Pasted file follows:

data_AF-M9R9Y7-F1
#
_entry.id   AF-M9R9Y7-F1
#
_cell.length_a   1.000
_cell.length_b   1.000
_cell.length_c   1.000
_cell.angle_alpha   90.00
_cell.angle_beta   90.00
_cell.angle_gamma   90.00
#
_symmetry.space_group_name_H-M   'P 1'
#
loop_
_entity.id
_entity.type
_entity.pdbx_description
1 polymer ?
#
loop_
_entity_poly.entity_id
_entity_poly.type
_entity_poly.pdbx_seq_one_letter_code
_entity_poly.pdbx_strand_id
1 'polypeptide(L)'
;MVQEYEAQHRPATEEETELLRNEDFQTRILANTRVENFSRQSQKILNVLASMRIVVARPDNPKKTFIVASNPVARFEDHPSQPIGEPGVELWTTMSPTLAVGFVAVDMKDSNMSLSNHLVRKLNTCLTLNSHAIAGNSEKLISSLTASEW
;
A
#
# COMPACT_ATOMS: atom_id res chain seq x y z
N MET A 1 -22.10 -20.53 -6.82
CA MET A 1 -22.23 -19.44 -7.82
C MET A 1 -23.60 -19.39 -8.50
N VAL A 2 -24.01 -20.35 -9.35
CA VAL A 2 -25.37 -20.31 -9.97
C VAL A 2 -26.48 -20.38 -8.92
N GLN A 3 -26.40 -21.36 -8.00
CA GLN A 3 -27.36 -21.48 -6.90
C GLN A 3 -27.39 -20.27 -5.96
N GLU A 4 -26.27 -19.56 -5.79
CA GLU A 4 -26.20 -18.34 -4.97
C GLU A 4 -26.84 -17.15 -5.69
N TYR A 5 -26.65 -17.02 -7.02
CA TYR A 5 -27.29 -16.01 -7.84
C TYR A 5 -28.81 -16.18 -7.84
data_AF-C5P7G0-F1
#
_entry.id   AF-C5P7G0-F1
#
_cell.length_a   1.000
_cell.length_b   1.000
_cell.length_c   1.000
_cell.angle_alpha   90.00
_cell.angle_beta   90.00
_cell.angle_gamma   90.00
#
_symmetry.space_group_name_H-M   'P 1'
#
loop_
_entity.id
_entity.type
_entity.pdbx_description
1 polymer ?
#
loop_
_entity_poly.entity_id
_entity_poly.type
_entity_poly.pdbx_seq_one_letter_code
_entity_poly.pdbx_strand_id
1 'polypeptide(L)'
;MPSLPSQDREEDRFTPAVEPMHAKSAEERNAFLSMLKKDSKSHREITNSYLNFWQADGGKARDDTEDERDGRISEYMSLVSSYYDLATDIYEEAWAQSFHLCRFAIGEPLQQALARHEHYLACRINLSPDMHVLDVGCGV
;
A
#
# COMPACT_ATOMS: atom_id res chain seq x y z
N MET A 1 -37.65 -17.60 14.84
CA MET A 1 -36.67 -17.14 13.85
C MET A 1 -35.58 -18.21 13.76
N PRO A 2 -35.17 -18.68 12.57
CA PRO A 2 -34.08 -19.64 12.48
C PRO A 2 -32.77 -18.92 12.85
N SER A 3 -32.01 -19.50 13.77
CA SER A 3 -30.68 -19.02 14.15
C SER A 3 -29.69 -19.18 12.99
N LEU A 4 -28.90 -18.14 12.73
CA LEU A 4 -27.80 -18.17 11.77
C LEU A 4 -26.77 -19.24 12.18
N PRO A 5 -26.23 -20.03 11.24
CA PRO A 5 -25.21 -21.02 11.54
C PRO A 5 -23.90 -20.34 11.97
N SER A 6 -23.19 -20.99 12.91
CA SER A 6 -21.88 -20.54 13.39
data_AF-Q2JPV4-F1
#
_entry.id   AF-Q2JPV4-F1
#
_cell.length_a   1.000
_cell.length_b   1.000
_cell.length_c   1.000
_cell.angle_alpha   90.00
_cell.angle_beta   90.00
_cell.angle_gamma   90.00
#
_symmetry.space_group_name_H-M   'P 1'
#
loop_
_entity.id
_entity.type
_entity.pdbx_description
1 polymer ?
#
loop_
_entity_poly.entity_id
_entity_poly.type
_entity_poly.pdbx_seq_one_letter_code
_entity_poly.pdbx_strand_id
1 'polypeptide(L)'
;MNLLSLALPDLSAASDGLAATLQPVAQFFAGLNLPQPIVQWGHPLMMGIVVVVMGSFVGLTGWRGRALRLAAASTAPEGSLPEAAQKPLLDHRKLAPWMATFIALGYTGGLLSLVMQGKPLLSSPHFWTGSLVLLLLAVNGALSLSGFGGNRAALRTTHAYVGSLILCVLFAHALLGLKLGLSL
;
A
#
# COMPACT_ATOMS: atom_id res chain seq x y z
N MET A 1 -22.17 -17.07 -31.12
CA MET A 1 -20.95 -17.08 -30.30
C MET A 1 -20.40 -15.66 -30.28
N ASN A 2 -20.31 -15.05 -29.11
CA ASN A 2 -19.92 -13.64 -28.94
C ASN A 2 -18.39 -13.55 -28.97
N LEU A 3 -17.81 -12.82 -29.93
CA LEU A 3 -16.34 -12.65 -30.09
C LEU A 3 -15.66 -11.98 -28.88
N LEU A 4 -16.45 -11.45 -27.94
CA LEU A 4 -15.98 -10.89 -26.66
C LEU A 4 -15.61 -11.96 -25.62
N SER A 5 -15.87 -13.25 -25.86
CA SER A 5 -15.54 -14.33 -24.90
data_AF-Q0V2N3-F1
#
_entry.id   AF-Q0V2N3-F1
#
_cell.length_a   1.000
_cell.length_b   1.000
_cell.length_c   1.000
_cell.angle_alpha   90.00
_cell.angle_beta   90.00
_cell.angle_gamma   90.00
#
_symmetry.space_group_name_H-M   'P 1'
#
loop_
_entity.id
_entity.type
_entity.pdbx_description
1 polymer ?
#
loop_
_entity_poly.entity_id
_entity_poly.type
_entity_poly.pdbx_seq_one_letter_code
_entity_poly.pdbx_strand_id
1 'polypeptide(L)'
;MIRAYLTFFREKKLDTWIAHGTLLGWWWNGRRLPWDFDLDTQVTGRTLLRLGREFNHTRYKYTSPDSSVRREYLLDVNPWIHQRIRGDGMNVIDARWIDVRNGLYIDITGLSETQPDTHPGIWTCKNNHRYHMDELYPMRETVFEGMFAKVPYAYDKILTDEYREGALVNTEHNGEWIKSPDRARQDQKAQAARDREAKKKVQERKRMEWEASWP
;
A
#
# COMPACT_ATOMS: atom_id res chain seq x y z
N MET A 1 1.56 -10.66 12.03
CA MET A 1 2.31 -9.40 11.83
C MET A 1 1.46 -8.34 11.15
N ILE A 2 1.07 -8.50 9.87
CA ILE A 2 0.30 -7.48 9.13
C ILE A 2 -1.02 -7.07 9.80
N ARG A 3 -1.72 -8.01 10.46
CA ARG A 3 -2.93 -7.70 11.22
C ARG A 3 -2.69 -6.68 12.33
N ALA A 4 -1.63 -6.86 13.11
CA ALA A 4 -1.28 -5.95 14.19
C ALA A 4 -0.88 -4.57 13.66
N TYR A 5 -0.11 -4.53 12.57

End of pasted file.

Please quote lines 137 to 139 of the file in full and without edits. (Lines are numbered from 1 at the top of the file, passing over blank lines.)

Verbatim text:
data_AF-Q0V2N3-F1
#
_entry.id   AF-Q0V2N3-F1